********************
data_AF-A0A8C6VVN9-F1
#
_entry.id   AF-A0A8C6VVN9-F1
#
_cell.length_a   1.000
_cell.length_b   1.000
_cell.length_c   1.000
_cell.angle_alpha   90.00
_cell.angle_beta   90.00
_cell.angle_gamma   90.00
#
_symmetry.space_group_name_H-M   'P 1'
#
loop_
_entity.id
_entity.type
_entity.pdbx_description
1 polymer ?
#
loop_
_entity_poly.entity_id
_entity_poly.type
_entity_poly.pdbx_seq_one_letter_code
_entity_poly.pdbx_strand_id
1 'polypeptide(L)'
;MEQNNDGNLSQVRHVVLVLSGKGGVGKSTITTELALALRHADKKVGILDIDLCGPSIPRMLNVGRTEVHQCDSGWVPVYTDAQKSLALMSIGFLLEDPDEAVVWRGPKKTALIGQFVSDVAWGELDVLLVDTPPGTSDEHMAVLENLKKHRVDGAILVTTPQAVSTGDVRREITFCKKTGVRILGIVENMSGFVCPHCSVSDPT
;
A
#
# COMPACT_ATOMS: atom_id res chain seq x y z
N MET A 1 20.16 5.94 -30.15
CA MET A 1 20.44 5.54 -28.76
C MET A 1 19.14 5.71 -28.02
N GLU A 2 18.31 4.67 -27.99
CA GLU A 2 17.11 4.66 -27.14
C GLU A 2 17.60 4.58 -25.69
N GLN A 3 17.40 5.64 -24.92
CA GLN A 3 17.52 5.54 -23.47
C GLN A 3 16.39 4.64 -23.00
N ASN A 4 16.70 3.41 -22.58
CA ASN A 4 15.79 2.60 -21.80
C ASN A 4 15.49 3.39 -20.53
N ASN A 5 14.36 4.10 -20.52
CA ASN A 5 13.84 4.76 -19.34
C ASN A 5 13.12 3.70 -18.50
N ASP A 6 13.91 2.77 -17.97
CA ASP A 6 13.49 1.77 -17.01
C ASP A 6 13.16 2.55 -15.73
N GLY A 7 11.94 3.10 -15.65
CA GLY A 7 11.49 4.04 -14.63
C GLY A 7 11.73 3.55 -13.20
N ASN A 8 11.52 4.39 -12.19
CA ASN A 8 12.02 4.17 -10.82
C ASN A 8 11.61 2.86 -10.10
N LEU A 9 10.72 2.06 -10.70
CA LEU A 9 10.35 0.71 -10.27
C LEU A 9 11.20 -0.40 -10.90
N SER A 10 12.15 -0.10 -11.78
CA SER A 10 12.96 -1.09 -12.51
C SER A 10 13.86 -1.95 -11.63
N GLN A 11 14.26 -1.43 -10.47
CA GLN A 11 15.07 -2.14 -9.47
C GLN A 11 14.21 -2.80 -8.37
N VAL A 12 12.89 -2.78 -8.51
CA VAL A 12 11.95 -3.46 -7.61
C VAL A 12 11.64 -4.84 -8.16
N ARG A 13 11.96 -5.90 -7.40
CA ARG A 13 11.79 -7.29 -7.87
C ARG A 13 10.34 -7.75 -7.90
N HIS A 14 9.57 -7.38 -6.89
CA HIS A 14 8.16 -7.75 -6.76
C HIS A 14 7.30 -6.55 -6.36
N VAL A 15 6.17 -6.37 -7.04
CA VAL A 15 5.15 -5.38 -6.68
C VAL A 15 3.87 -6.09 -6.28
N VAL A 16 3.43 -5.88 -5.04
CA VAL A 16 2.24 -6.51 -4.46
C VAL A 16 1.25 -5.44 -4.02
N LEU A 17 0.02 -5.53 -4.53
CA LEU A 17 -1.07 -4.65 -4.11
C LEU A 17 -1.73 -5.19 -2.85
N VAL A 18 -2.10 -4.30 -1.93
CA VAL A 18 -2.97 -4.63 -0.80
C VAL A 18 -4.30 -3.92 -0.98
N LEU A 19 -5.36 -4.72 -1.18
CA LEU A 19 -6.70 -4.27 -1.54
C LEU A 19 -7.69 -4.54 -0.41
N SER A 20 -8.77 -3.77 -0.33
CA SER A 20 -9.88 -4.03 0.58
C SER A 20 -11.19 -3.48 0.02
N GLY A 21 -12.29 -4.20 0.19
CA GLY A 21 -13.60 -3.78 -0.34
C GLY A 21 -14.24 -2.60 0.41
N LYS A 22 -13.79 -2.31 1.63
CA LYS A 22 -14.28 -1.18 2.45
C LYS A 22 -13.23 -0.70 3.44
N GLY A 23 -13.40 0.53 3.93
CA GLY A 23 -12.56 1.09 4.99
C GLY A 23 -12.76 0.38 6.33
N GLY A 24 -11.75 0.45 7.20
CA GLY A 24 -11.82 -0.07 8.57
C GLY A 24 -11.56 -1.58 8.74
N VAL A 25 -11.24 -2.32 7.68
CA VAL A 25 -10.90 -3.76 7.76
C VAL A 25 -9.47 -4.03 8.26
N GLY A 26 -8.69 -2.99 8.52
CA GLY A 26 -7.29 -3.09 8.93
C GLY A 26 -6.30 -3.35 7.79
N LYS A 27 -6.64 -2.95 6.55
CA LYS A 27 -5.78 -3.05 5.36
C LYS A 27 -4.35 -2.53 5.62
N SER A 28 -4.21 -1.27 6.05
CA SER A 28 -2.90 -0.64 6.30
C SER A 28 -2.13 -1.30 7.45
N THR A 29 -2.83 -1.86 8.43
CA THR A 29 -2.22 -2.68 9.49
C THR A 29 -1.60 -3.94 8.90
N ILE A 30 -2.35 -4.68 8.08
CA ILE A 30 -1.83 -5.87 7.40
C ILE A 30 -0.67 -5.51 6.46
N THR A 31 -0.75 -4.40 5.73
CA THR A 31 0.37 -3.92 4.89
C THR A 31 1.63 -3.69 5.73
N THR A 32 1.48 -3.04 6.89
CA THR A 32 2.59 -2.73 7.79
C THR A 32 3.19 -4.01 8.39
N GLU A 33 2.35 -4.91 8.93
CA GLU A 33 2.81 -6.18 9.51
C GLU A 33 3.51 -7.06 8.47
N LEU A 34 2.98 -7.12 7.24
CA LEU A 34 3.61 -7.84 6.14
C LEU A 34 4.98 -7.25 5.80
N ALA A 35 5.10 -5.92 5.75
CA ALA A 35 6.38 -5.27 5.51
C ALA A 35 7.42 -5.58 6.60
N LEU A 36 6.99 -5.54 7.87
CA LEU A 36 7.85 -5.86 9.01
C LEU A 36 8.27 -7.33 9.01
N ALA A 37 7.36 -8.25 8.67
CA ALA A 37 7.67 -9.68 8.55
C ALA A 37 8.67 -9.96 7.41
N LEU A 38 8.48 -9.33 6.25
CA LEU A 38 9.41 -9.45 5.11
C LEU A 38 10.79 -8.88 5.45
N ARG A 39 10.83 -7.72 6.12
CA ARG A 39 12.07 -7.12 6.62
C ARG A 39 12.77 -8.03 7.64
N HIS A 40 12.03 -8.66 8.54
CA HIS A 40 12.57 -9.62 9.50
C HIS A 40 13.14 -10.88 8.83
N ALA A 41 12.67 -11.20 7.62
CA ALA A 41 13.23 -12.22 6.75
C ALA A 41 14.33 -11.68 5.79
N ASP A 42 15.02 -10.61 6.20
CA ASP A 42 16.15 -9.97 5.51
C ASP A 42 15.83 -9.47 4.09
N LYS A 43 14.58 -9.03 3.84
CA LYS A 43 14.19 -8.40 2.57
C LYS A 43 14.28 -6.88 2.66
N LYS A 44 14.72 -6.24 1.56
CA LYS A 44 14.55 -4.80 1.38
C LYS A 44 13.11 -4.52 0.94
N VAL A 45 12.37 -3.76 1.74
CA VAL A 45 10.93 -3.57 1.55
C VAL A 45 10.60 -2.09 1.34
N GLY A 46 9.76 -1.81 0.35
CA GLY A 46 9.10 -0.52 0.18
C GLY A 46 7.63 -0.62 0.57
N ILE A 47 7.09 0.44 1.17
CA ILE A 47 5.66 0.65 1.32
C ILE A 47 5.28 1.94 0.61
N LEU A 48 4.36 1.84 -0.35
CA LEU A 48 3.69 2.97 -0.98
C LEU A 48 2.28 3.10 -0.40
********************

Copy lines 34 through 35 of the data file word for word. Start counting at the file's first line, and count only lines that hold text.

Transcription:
N GLU A 2 18.31 4.67 -27.99
CA GLU A 2 17.11 4.66 -27.14